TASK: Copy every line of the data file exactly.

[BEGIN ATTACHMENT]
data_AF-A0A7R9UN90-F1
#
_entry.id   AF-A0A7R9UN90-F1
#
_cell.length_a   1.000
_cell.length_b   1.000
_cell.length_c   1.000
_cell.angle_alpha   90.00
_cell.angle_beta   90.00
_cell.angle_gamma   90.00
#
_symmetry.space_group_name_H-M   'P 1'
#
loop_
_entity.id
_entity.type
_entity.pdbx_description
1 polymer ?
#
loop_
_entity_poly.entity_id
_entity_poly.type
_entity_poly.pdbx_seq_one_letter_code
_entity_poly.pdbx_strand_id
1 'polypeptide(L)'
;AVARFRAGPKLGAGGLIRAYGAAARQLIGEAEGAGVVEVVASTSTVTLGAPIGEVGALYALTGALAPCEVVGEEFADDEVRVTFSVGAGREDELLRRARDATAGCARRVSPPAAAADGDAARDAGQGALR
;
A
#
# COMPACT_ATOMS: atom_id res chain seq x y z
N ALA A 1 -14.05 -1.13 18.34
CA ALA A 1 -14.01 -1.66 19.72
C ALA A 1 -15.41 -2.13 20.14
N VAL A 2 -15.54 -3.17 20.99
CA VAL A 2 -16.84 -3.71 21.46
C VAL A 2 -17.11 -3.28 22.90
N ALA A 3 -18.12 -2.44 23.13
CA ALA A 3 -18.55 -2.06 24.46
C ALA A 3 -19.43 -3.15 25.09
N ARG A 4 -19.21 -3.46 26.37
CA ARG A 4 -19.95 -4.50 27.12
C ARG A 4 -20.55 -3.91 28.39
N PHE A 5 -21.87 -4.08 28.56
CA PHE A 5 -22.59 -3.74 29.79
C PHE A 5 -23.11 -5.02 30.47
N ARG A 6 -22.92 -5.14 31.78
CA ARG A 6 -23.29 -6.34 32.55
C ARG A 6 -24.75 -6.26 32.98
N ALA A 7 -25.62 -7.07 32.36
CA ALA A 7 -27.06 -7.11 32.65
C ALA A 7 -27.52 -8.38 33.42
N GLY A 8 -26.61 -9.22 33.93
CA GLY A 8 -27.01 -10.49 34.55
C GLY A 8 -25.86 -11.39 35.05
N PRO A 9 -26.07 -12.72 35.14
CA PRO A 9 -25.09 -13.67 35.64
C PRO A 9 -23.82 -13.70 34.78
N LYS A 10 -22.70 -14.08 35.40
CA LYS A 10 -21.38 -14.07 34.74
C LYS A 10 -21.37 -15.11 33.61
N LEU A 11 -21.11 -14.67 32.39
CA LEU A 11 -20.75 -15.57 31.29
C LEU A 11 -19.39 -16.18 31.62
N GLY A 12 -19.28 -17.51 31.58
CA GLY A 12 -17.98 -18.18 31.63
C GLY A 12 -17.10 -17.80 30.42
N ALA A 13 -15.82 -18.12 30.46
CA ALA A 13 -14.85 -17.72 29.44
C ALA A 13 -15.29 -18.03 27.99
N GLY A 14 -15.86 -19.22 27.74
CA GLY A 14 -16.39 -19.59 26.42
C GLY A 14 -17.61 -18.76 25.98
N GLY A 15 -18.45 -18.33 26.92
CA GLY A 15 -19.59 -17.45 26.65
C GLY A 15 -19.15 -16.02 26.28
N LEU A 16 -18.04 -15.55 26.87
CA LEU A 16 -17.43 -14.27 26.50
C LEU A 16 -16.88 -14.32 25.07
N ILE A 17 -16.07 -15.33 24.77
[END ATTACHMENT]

data_AF-A0A7R9UN90-F1
#
_entry.id   AF-A0A7R9UN90-F1
#
_cell.length_a   1.000
_cell.length_b   1.000
_cell.length_c   1.000
_cell.angle_alpha   90.00
_cell.angle_beta   90.00
_cell.angle_gamma   90.00
#
_symmetry.space_group_name_H-M   'P 1'
#
loop_
_entity.id
_entity.type
_entity.pdbx_description
1 polymer ?
#
loop_
_entity_poly.entity_id
_entity_poly.type
_entity_poly.pdbx_seq_one_letter_code
_entity_poly.pdbx_strand_id
1 'polypeptide(L)'
;AVARFRAGPKLGAGGLIRAYGAAARQLIGEAEGAGVVEVVASTSTVTLGAPIGEVGALYALTGALAPCEVVGEEFADDEVRVTFSVGAGREDELLRRARDATAGCARRVSPPAAAADGDAARDAGQGALR
;
A
#
# COMPACT_ATOMS: atom_id res chain seq x y z
N ALA A 1 -14.05 -1.13 18.34
CA ALA A 1 -14.01 -1.66 19.72
C ALA A 1 -15.41 -2.13 20.14
N VAL A 2 -15.54 -3.17 20.99
CA VAL A 2 -16.84 -3.71 21.46
C VAL A 2 -17.11 -3.28 22.90
N ALA A 3 -18.12 -2.44 23.13
CA ALA A 3 -18.55 -2.06 24.46
C ALA A 3 -19.43 -3.15 25.09
N ARG A 4 -19.21 -3.46 26.37
CA ARG A 4 -19.95 -4.50 27.12
C ARG A 4 -20.55 -3.91 28.39
N PHE A 5 -21.87 -4.08 28.56
CA PHE A 5 -22.59 -3.74 29.79
C PHE A 5 -23.11 -5.02 30.47
N ARG A 6 -22.92 -5.14 31.78
CA ARG A 6 -23.29 -6.34 32.55
C ARG A 6 -24.75 -6.26 32.98
N ALA A 7 -25.62 -7.07 32.36
CA ALA A 7 -27.06 -7.11 32.65
C ALA A 7 -27.52 -8.38 33.42
N GLY A 8 -26.61 -9.22 33.93
CA GLY A 8 -27.01 -10.49 34.55
C GLY A 8 -25.86 -11.39 35.05
N PRO A 9 -26.07 -12.72 35.14
CA PRO A 9 -25.09 -13.67 35.64
C PRO A 9 -23.82 -13.70 34.78
N LYS A 10 -22.70 -14.08 35.40
CA LYS A 10 -21.38 -14.07 34.74
C LYS A 10 -21.37 -15.11 33.61
N LEU A 11 -21.11 -14.67 32.39
CA LEU A 11 -20.75 -15.57 31.29
C LEU A 11 -19.39 -16.18 31.62
N GLY A 12 -19.28 -17.51 31.58
CA GLY A 12 -17.98 -18.18 31.63
C GLY A 12 -17.10 -17.80 30.42
N ALA A 13 -15.82 -18.12 30.46
CA ALA A 13 -14.85 -17.72 29.44
C ALA A 13 -15.29 -18.03 27.99
N GLY A 14 -15.86 -19.22 27.74
CA GLY A 14 -16.39 -19.59 26.42
C GLY A 14 -17.61 -18.76 25.98
N GLY A 15 -18.45 -18.33 26.92
CA GLY A 15 -19.59 -17.45 26.65
C GLY A 15 -19.15 -16.02 26.28
N LEU A 16 -18.04 -15.55 26.87
CA LEU A 16 -17.43 -14.27 26.50
C LEU A 16 -16.88 -14.32 25.07
N ILE A 17 -16.07 -15.33 24.77